Mr Trump on Monday signed the executive order intended to impose “maximum economic pressure” on Iran, after he announced the United States’ withdrawal from the nuclear deal in May.
The 2015 accord, negotiated by Barack Obama alongside Germany, France, the United Kingdom, Russia and China, lifted sanctions on Tehran in return for curbs on its nuclear program.
The US President today repeated his assertion it was a “horrible, one-sided deal” that allowed the Iranian government to support violence in the Middle East.
The reimposition of sanctions by the US will take effect at 12.01am on Tuesday, severely denting Iran’s trade in precious metals and the automotive sector.
The sanctions will remain in place unless Tehran ends its support for extremists and its enrichment of uranium, according to US officials.
“The president has been very clear: none of this needs to happen,” a senior administration official told reporters in a briefing. “He will meet with Iranian leadership at anytime to discuss a real, comprehensive deal that will contain their regional ambitions, will end their malign behaviour and deny them any paths to a nuclear weapon.”
Harsher sanctions will follow on November 5, when the US will seek to cut off Iran’s oil exports and block shipping.
Mr Trump has said those who continue to support the Iranian economy “risk severe consequences” in terms of trade with the US.
But Iran claimed on Monday the US was “isolated” in its hostility. While some European businesses are stepping back from dealing with the nation, it will continue lucrative activities including exporting oil to China.
China, India and Turkey have indicated they are not willing to entirely cut their Iranian energy purchases.
“American bullying and political pressures may cause some disruption, but the fact is that in the current world, America is isolated,” foreign minister Mohammad Javad Zarif told reporters, according to the semi-official ISNA news agency.
The EU issued a “blocking statute” on Monday to protect European businesses from the impact of sanctions. European ministers said the Iran deal was “crucial for the security of Europe, the region and the entire world”.
The EU, Britain, France and Germany said in a statement: “We deeply regret the reimposition of sanctions by the US.
“We are determined to protect European economic operators engaged in legitimate business with Iran.”
Iran is generally believed to be upholding its side of the bargain, but the Trump administration pointed to the country’s destabilising activities in Syria and other Middle Eastern nations as the reason for its withdrawal from the agreement.
Mr Trump wants a new deal that goes beyond curbing Iran’s nuclear program, and ends what the US calls its “malign influence” in the region, including its support of Syrian President Bashar al-Assad and militant groups in Lebanon and the Palestinian Territories.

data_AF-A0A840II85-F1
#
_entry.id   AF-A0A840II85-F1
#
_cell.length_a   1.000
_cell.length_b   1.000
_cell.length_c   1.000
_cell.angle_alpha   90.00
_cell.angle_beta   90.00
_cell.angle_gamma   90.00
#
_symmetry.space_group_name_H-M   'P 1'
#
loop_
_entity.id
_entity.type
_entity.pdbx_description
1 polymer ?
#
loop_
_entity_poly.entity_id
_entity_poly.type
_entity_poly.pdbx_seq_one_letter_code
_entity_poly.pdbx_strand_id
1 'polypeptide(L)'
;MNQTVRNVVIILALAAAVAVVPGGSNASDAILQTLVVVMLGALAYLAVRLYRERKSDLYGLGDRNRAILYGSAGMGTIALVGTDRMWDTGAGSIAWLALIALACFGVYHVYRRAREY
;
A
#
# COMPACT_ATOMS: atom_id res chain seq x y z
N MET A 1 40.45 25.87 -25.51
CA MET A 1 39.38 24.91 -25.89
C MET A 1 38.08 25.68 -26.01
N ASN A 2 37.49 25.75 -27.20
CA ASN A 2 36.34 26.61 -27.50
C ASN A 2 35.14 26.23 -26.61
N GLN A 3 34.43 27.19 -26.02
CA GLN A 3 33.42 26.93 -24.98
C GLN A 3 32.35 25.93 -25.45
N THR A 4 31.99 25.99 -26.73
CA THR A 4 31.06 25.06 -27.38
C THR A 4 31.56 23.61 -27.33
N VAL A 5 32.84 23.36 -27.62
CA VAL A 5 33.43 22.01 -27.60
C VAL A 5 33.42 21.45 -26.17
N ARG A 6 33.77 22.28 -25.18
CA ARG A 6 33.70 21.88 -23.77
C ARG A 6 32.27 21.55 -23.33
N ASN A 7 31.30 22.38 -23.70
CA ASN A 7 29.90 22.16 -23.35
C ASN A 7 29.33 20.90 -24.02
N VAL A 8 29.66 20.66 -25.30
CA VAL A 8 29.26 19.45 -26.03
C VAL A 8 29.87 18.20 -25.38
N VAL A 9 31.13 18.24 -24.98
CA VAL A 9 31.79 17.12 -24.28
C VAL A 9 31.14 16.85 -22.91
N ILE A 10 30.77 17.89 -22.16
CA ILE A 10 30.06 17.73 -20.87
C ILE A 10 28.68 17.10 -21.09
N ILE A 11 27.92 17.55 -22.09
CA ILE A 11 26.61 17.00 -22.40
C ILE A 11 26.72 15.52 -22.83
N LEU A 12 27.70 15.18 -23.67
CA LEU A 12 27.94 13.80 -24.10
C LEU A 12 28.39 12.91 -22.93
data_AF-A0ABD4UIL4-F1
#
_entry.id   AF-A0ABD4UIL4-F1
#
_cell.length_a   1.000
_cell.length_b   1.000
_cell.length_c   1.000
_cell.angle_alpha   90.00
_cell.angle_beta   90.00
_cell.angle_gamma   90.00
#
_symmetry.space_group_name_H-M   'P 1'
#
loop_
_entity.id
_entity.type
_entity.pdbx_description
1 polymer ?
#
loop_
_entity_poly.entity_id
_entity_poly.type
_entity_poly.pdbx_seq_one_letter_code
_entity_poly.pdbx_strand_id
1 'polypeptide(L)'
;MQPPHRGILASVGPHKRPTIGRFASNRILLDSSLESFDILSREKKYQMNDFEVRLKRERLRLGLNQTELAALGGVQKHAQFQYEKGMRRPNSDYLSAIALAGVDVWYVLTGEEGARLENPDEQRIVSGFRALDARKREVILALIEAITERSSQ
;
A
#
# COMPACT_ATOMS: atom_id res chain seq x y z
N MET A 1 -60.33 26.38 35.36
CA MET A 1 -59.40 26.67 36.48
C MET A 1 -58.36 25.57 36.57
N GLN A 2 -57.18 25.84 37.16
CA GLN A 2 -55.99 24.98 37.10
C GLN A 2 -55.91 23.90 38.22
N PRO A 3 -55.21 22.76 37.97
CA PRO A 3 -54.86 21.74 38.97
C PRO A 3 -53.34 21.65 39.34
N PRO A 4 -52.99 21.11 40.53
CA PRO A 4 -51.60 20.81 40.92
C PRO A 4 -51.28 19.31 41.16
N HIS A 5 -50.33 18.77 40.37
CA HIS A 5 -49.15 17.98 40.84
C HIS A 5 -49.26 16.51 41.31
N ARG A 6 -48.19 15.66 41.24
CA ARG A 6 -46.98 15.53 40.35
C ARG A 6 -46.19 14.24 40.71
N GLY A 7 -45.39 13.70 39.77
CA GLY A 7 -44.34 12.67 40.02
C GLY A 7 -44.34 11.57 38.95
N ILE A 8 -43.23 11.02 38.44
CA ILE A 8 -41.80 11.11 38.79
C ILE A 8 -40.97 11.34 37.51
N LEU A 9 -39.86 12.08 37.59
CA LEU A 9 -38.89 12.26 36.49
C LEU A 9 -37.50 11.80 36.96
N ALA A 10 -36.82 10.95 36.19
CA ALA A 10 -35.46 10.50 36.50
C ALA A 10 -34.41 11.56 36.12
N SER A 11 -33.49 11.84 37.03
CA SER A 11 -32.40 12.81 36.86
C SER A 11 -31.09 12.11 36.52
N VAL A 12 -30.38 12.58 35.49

Iran’s currency has lost around half its value since Mr Trump’s announcement, with investors fearing US penalties.
The move has stoked tensions in Iran, which has seen days of protests and strikes over water shortages, high prices and anger at the political system.
Reporting restrictions have made it impossible to verify the claims coming through social media, but journalists confirmed a heavy presence of riot police on Sunday night in the town of Karaj, west of Tehran, which has been a focal point of unrest, and said mobile internet had been cut in the area.
Iran’s president Hassan Rouhani is due to give a televised address to the nation later on Monday to outline plans for tackling the currency decline and impact of sanctions.
His government eased foreign exchange rules on Sunday, allowing unlimited tax-free currency and gold imports, and reopening exchange bureaus after a disastrous attempt to fix the value of the rial in April led to widespread black-market corruption.
Two countries that have welcomed increased pressure on Iran are regional rivals Israel and Saudi Arabia.
To Iranian President Rouhani: NEVER, EVER THREATEN THE UNITED STATES AGAIN OR YOU WILL SUFFER CONSEQUENCES THE LIKES OF WHICH FEW THROUGHOUT HISTORY HAVE EVER SUFFERED BEFORE. WE ARE NO LONGER A COUNTRY THAT WILL STAND FOR YOUR DEMENTED WORDS OF VIOLENCE DEATH. BE CAUTIOUS!
— Donald J. Trump (@realDonaldTrump) July 23, 2018
Israeli defence minister Avigdor Lieberman described the renewed sanctions as “a courageous decision which will be remembered for generations.”
Mr Zarif suggested it was hard to imagine Mr Rouhani meeting with Mr Trump after he tore up an agreement on which world powers had spent the “longest hours in negotiating history”.
“Do you think this person (Mr Trump) is a good and suitable person to negotiate with? Or is he just showing off?” he said.
There have been rumours the two leaders could meet later this month in New York, where they are attending the UN General Assembly — although Mr Rouhani reportedly rejected US overtures for a meeting at last year’s event.
Mr Trump again raised the idea of meeting this weekend, tweeting: “I will meet, or not meet, it doesn’t matter — it is up to them!”
It came less than a fortnight after a wild exchange between the presidents, with Mr Rouhani warning of the “mother of all wars” and Mr Trump responding with a Twitter tirade against Iran’s “DEMENTED WORDS OF VIOLENCE”.
Mr Rouhani dismissed the threat to Iran’s oil exports, saying the country held a dominant position in the region’s a major shipping waterway. “Anyone who understands the rudiments of politics doesn’t say ‘we will stop Iran’s oil exports,” he told ISNA news agency. “Mr Trump, don’t play with the lion’s tail, this would only lead to regret.”